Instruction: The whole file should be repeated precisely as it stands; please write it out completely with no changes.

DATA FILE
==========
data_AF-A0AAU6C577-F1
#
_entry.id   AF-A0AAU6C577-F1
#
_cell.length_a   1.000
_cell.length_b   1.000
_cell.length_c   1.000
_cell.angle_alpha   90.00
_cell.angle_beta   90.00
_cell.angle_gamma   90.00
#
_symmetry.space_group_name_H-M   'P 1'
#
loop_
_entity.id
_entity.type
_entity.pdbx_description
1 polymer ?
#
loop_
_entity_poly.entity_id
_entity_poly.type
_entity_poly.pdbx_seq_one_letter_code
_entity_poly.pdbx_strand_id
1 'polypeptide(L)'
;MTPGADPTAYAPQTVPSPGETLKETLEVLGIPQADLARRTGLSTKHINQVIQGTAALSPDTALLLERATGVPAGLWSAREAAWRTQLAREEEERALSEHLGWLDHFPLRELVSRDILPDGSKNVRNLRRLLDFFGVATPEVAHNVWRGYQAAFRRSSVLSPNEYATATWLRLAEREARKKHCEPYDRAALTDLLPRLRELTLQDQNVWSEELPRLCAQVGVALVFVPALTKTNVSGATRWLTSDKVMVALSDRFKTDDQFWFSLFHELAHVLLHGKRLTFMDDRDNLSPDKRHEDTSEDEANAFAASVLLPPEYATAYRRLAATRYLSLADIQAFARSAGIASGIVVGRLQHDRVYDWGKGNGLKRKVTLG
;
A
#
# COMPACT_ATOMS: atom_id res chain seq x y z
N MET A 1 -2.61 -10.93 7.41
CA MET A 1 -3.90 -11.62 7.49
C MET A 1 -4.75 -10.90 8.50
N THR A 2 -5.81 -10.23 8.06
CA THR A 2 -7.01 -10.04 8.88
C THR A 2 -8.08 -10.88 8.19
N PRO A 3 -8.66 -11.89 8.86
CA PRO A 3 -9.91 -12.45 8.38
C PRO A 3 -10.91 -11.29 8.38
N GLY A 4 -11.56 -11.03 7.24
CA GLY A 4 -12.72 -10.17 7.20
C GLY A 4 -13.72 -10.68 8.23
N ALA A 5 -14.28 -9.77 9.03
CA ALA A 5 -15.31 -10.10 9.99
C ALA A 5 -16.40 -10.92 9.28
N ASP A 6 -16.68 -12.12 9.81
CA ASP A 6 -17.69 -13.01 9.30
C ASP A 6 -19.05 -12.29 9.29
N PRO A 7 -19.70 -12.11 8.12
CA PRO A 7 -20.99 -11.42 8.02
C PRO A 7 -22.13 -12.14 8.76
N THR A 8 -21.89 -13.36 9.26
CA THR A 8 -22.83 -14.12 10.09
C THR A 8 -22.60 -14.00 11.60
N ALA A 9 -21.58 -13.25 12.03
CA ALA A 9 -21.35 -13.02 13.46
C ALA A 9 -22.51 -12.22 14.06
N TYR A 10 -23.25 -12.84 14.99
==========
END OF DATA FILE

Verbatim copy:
data_AF-A0AAU6C577-F1
#
_entry.id   AF-A0AAU6C577-F1
#
_cell.length_a   1.000
_cell.length_b   1.000
_cell.length_c   1.000
_cell.angle_alpha   90.00
_cell.angle_beta   90.00
_cell.angle_gamma   90.00
#
_symmetry.space_group_name_H-M   'P 1'
#
loop_
_entity.id
_entity.type
_entity.pdbx_description
1 polymer ?
#
loop_
_entity_poly.entity_id
_entity_poly.type
_entity_poly.pdbx_seq_one_letter_code
_entity_poly.pdbx_strand_id
1 'polypeptide(L)'
;MTPGADPTAYAPQTVPSPGETLKETLEVLGIPQADLARRTGLSTKHINQVIQGTAALSPDTALLLERATGVPAGLWSAREAAWRTQLAREEEERALSEHLGWLDHFPLRELVSRDILPDGSKNVRNLRRLLDFFGVATPEVAHNVWRGYQAAFRRSSVLSPNEYATATWLRLAEREARKKHCEPYDRAALTDLLPRLRELTLQDQNVWSEELPRLCAQVGVALVFVPALTKTNVSGATRWLTSDKVMVALSDRFKTDDQFWFSLFHELAHVLLHGKRLTFMDDRDNLSPDKRHEDTSEDEANAFAASVLLPPEYATAYRRLAATRYLSLADIQAFARSAGIASGIVVGRLQHDRVYDWGKGNGLKRKVTLG
;
A
#
# COMPACT_ATOMS: atom_id res chain seq x y z
N MET A 1 -2.61 -10.93 7.41
CA MET A 1 -3.90 -11.62 7.49
C MET A 1 -4.75 -10.90 8.50
N THR A 2 -5.81 -10.23 8.06
CA THR A 2 -7.01 -10.04 8.88
C THR A 2 -8.08 -10.88 8.19
N PRO A 3 -8.66 -11.89 8.86
CA PRO A 3 -9.91 -12.45 8.38
C PRO A 3 -10.91 -11.29 8.38
N GLY A 4 -11.56 -11.03 7.24
CA GLY A 4 -12.72 -10.17 7.20
C GLY A 4 -13.72 -10.68 8.23
N ALA A 5 -14.28 -9.77 9.03
CA ALA A 5 -15.31 -10.10 9.99
C ALA A 5 -16.40 -10.92 9.28
N ASP A 6 -16.68 -12.12 9.81
CA ASP A 6 -17.69 -13.01 9.30
C ASP A 6 -19.05 -12.29 9.29
N PRO A 7 -19.70 -12.11 8.12
CA PRO A 7 -20.99 -11.42 8.02
C PRO A 7 -22.13 -12.14 8.76
N THR A 8 -21.89 -13.36 9.26
CA THR A 8 -22.83 -14.12 10.09
C THR A 8 -22.60 -14.00 11.60
N ALA A 9 -21.58 -13.25 12.03
CA ALA A 9 -21.35 -13.02 13.46
C ALA A 9 -22.51 -12.22 14.06
N TYR A 10 -23.25 -12.84 14.99